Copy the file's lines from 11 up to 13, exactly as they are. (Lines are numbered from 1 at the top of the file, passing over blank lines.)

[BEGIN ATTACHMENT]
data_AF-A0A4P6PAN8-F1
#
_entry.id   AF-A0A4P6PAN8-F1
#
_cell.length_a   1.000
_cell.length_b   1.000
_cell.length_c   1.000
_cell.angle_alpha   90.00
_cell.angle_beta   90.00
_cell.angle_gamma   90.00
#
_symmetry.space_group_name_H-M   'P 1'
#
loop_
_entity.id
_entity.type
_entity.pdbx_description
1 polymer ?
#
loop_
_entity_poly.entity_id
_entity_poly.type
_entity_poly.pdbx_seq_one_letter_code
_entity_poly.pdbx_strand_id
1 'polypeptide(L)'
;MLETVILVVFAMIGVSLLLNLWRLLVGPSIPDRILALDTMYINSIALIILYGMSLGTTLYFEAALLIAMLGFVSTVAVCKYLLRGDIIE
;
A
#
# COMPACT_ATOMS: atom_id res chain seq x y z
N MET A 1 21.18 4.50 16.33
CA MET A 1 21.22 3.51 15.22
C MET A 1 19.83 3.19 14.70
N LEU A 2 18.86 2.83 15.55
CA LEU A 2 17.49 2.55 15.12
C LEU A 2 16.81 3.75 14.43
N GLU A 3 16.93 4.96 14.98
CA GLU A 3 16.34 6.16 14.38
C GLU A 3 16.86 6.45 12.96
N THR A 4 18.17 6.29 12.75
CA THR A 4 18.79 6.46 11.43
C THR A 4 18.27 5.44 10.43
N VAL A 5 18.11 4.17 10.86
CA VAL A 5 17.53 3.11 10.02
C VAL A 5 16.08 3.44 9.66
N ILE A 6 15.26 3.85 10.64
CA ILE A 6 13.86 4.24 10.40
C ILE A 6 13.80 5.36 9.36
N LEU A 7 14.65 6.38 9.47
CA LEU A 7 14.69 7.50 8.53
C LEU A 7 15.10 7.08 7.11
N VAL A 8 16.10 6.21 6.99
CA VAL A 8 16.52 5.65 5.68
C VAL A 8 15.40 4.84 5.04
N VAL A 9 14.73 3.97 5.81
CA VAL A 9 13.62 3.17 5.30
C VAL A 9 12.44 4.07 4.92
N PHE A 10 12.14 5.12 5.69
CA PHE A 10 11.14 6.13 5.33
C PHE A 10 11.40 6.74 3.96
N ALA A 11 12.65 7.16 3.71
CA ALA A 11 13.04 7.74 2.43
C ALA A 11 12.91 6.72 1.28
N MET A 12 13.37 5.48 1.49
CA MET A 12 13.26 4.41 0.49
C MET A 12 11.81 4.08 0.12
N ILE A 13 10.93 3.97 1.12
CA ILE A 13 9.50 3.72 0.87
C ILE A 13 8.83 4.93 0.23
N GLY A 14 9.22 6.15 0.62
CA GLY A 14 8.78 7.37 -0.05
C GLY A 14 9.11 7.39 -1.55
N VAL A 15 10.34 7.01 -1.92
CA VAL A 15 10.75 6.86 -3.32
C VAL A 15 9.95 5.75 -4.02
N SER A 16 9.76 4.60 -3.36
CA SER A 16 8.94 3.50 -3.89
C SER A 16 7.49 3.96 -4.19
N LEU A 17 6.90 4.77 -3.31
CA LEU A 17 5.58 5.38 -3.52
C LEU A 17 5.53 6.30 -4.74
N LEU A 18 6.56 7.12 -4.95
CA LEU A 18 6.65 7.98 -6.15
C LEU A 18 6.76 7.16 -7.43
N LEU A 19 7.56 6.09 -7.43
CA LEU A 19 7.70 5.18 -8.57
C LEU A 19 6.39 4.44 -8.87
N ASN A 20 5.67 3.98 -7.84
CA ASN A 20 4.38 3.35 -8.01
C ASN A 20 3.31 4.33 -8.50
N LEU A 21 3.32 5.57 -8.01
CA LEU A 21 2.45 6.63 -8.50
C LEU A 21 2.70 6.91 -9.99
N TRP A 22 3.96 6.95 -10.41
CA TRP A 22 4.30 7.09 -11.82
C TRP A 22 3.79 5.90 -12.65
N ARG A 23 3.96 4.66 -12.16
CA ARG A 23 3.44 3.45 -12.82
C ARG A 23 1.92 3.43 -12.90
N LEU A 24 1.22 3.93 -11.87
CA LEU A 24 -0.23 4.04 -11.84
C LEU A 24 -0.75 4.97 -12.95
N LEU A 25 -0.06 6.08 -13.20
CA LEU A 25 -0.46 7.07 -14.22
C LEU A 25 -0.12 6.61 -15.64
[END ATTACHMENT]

#
_symmetry.space_group_name_H-M   'P 1'
#